- The Crime Americans Worry About Most Is the Hacking a Credit Card
- Does Money Lingo Make Your Head Spin? Here’s What It Really Means
- Delinquent Doctors Publicly Outed for Unpaid Student Loans
- How Do Mistakes Get Removed From Your Credit Reports?
- Your Early Holiday Present: Gas at $3 a Gallon or Less
- Monthly Bills That Can’t Help Your Credit, But Can Hurt It
- 7 Things That Prove Cheaper Isn’t Always Better
- Apple Pay Blocked at CVS, Rite Aid
A new report shows consumers paid $17.8 billion in penalty fees on their credit cards last year, an 8 percent decline from the $19.4 billion in 2011. Penalty fees reached $23.9 billion in 2009, but fell 6 percent in 2010 ($22.5 billion), 14 percent in 2011 ($19.4 billion) and now 8 percent in 2012.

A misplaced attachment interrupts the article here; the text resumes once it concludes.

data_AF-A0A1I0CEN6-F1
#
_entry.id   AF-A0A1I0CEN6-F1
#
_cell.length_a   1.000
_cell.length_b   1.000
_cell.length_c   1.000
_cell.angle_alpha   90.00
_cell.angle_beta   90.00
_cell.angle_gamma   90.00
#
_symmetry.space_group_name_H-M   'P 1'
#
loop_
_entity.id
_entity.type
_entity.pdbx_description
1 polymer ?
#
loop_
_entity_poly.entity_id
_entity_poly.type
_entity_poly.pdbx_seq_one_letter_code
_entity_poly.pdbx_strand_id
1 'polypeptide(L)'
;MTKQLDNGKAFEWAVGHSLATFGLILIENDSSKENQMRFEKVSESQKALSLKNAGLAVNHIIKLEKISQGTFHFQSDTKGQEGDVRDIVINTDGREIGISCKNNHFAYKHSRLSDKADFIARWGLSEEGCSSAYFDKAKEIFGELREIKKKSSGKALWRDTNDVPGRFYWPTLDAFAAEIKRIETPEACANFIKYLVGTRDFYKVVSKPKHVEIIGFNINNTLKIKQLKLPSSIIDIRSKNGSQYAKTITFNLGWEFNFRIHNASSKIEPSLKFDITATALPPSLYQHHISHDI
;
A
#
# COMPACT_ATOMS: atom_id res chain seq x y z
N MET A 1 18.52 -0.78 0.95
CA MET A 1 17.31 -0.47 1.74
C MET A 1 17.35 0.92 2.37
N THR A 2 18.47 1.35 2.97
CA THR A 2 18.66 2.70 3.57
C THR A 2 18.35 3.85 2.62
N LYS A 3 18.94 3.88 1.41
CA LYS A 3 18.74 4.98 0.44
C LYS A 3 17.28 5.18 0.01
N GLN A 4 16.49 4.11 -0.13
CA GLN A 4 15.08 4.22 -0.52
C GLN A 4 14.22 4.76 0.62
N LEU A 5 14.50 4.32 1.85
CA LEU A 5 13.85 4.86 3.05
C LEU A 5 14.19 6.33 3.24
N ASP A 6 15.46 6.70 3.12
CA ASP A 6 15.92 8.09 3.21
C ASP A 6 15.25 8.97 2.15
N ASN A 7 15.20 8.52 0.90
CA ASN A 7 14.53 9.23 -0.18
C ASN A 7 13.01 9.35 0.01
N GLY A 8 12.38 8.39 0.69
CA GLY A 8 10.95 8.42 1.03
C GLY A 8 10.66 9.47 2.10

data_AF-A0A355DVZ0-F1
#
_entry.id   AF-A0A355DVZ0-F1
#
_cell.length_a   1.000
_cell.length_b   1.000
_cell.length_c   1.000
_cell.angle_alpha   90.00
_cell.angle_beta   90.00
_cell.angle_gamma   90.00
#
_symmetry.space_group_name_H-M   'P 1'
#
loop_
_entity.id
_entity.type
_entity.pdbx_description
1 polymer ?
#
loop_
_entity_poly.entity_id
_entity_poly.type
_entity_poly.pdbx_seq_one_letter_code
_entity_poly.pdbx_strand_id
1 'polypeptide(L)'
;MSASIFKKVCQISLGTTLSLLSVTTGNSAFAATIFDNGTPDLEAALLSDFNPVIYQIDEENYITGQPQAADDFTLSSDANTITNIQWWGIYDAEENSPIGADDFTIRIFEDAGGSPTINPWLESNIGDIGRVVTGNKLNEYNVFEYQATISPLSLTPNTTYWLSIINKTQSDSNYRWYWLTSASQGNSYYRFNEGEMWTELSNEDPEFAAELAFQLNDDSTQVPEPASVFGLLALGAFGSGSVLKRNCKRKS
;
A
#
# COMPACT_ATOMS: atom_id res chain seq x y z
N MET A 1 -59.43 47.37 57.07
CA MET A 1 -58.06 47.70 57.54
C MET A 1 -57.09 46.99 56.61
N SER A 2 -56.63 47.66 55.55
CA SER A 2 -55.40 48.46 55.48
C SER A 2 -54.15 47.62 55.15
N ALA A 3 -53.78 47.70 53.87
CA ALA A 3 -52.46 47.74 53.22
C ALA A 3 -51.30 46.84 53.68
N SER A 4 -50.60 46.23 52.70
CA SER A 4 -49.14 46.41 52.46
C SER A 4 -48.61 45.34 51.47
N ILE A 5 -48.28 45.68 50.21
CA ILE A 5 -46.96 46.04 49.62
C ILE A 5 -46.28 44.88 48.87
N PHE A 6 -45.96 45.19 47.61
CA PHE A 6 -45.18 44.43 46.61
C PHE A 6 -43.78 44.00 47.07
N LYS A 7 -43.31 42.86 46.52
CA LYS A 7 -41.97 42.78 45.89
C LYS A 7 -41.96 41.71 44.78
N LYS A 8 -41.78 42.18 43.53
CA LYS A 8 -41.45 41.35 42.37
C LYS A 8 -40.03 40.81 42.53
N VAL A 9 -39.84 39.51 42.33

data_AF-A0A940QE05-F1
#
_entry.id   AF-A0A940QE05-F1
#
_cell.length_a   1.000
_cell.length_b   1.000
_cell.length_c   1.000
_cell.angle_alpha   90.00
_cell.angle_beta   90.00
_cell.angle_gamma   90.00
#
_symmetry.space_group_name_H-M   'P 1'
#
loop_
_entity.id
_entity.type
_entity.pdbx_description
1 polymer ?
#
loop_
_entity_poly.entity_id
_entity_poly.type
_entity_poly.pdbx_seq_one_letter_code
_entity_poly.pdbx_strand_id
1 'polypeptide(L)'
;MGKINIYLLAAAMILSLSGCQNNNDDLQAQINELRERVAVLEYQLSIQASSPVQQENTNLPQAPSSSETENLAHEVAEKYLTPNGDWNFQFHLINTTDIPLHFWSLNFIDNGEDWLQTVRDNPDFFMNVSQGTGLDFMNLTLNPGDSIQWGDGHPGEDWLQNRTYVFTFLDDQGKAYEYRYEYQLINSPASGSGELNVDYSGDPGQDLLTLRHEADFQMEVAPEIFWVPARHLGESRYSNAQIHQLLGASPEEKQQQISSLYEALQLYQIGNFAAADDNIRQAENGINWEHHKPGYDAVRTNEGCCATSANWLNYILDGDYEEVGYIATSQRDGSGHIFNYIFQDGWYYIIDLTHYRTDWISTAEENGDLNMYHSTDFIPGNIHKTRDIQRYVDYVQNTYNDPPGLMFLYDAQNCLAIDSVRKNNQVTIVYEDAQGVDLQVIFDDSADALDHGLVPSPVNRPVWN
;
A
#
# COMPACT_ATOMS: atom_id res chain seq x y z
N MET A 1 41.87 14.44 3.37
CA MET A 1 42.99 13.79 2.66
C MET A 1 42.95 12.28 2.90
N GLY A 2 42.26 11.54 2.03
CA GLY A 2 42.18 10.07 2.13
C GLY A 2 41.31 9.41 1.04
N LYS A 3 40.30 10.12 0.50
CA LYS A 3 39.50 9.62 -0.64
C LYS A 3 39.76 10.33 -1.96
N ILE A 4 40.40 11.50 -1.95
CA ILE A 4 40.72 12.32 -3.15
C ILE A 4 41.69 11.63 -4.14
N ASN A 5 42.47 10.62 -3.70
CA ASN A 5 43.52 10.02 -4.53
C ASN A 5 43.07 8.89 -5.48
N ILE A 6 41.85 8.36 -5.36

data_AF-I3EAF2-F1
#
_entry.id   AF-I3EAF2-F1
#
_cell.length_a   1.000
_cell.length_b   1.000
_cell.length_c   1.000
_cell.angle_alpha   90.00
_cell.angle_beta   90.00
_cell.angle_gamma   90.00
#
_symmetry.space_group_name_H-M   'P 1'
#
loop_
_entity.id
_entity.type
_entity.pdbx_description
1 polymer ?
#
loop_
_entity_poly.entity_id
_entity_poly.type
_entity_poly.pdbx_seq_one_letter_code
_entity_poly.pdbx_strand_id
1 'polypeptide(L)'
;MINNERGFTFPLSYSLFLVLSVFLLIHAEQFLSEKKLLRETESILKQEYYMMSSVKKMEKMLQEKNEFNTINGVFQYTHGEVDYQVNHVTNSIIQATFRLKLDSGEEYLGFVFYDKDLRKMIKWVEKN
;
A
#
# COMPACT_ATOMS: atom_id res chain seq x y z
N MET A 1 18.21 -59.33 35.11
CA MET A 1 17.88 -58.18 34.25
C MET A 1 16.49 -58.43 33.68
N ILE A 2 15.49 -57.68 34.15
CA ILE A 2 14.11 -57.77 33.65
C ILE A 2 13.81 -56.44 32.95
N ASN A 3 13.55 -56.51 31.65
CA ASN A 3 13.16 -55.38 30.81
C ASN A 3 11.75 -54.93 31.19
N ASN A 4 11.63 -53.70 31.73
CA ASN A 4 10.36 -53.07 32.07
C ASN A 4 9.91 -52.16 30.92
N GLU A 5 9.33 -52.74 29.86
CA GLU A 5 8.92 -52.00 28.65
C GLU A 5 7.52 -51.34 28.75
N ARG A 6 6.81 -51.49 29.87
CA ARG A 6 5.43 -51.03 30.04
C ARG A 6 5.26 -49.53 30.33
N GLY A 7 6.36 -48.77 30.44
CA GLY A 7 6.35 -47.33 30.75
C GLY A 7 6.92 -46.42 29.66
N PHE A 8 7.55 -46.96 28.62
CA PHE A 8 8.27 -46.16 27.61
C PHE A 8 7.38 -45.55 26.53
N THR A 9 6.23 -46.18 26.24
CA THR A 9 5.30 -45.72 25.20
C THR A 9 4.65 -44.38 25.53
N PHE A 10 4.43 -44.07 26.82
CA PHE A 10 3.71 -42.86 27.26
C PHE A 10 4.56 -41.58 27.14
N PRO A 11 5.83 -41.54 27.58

Why? The CARD Act, legislation that capped late fees and blocked over-the-limit fees unless customers gave permission.
It’s saved consumers a lot of money, but lenders are resourceful and have come up with ways to make it up: watch out for fees on replacement cards, paper statements, inactive accounts and excessive customer service calls.